Republican though they are, "Headers" don't care for rancourous partisanship. Call it tradition. Town meeting had been sitting for over 150 years when the Constitution was adopted, and it does damn fine without these newfangled parties. Liming's blatant partisanship--he stuck the "liberal pinko" label on any animate object that disagreed with him-- had annoyed a few people before the defects of his resume became public.

Liming has become a charter member of the local Neo-Republican chapter of Slow Learners Anonymous. For one thing, he's running for re-election. For another, he was one of the chief misreaders of Town Meeting tea leaves.

Our pay-per-throw town meeting was a parliamentary disaster. Town meetings draw on three centuries of precedent to maintain civil discourse that allows for fireworks and humour, but keeps malevolence and eccentricity in check. This one was chaired by an assistant moderator who soon proved incapable of keeping the meeting orderly. The hot-button topic had drawn hundreds of inexperienced "agin" voters who mistook Town Meeting for a youth hockey game, hallooing and catcalling opposition speakers with abandon. In a setting that combined the most charming features of an anarchist convention and the Taiwanese legislature, Liming , the RTC faithful, and CLT's resident pit bull, Barbara Anderson, pulled out the heavy guns, and threw anti-liberal vitriol by the litre at every opposition speaker.

Liming, Anderson et. al. looked at this fiasco and concluded a) that winning the issue meant they'd won the public hearts and b) that they had a mandate for this year's general meeting and slate of stealth candidates.

Well, Meeting's over. We still have to get past the municipal election and the annual sheep-dip called the "Prop 2 1/2 override," but that alleged Neo-Republican mandate was strangely silent. Most of the supporters turned out not to be. A number of them seem to have stayed home in response to CLT's latest demonstration of its commitment to the rule of law. The lobby hired Gerard "Tooky" Amirault, central figure in the notorious Fells Acre day care abuse case of the 1980s, and put him to work as a researcher in their office. The office happens to be across the street from the "lower middle school" (grade 4-6). Whatever one thinks of the jurisprudence of the Fells Acre case, Amirault happens to be a Level III registered sex offender out on parole for a child abuse conviction, as well as the most inexplicable poster child of the Massachusetts Right. Barbara Anderson was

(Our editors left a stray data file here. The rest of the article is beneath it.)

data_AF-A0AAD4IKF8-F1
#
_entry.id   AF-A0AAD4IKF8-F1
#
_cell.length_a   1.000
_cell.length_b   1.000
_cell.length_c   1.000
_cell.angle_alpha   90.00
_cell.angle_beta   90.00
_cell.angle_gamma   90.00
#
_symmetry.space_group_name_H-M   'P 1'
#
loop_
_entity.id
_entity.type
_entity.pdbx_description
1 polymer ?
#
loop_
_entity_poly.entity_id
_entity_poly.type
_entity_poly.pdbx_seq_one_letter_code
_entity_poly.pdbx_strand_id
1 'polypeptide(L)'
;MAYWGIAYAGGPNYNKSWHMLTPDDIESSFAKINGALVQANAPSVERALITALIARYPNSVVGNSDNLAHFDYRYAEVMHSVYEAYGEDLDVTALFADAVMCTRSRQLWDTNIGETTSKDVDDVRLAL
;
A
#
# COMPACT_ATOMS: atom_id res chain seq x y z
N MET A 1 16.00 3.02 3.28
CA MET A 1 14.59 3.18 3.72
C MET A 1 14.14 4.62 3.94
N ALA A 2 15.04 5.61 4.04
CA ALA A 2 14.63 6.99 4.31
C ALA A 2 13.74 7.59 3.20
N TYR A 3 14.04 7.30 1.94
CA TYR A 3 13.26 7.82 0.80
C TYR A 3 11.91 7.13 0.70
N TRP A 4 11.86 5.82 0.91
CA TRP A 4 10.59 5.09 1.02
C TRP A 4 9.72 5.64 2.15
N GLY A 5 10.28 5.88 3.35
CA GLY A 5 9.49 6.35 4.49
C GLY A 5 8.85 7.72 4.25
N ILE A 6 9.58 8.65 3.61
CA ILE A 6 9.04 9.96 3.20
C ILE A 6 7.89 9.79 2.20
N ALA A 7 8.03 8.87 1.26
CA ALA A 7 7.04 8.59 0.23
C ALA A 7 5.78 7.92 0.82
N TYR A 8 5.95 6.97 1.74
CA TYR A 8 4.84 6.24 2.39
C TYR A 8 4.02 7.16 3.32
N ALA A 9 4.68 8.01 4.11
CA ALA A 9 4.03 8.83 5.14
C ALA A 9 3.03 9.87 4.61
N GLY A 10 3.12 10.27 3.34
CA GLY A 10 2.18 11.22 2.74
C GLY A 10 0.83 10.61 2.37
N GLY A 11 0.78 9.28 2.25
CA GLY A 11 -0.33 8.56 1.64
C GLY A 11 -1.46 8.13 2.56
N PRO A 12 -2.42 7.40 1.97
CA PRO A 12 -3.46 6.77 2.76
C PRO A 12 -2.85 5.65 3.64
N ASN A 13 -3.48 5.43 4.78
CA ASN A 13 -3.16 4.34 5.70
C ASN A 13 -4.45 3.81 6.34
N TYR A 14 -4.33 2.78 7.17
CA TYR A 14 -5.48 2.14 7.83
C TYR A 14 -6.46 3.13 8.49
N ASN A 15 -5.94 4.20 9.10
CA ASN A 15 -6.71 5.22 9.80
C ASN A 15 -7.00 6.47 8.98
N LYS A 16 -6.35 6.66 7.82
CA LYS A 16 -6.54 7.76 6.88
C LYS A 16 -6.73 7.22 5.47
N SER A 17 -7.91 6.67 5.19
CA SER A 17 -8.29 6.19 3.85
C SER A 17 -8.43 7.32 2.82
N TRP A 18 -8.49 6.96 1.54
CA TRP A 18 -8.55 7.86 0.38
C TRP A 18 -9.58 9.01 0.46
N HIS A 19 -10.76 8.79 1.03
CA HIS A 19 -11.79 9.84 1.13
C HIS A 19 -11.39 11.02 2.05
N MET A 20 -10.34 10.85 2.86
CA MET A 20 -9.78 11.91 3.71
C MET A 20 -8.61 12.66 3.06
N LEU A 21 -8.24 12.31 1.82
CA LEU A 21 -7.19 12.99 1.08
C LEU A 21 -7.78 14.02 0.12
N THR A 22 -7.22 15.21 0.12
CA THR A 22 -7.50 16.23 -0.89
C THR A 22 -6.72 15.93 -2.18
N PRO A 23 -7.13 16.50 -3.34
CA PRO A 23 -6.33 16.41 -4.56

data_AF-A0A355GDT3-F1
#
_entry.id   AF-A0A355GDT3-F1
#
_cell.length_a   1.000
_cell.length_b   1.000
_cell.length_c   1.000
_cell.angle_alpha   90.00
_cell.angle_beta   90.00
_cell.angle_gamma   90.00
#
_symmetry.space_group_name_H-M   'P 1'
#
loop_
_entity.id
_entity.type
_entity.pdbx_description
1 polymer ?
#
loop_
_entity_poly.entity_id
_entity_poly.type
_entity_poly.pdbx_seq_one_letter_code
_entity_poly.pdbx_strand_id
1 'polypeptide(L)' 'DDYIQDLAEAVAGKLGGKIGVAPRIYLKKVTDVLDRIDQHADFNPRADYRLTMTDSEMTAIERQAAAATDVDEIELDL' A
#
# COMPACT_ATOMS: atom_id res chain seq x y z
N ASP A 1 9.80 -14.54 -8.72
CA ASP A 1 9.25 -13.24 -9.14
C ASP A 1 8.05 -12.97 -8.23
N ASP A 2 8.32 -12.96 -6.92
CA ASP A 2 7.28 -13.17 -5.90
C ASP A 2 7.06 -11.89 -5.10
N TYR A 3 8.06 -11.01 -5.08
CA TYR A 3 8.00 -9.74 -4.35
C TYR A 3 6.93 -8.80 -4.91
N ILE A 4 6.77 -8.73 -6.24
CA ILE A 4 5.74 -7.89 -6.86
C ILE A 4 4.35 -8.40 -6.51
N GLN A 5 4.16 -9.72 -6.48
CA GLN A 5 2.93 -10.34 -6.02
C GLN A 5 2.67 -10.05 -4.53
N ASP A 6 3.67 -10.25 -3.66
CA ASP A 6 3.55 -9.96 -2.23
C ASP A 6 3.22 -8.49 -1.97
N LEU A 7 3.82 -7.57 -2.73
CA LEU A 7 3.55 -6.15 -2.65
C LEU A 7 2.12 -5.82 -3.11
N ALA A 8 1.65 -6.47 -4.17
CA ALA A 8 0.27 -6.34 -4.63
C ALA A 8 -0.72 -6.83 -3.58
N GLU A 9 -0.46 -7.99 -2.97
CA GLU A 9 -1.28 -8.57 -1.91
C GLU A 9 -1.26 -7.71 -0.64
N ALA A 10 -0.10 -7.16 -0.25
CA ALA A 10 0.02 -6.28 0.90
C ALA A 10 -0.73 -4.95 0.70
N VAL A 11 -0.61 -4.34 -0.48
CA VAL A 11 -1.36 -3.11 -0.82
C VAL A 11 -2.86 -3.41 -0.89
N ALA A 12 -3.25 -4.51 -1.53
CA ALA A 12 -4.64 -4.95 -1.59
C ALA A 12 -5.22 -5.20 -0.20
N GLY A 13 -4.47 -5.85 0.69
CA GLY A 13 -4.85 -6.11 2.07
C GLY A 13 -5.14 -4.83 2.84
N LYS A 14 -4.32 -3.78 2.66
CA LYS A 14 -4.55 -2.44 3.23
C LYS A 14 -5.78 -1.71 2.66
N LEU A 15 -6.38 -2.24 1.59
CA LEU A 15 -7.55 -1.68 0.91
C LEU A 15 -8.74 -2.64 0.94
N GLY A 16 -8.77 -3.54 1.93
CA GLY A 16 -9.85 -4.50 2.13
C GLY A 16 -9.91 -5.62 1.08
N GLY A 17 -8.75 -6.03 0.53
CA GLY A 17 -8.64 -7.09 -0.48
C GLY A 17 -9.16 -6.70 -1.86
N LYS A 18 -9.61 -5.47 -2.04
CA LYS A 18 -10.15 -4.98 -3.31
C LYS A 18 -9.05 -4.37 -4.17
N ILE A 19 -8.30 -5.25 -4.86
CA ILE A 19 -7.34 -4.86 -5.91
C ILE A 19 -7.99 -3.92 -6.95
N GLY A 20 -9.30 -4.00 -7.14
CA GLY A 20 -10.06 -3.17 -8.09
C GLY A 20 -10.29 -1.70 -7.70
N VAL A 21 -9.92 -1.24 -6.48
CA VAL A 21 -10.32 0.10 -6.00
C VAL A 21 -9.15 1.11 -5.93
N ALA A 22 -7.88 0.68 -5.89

shocked and offended that some middle school parents and erstwhile supporters rather thought the CLT action was indecorous. That may be evidence that the evil genius of 1980s state politics has lost her perfect pitch.

Nope, the Republican partisans were swarmed under by the town's real geniuses at issue politics: dog owners, school parents and town employees. The first night was dominated by dog owners outraged at three warrant items that seemed to infringe on the rights of their pooches to bark when they want and shit where they please. The second night was owned in part by school parents who were offended by the partisan contention that the schools didn't need to be excellent, only adequate. They were a happy coalition with town employees (my wife included) who are accomplished at bringing out the vote for their raises and department budgets. As usual , I swallowed my principled objections to this form of legislative manipulation, bowed to higher authority, showed up, and raised my hand as instructed.

Maybe next year I'll cast my lot with the aginners and she'll let me stay home.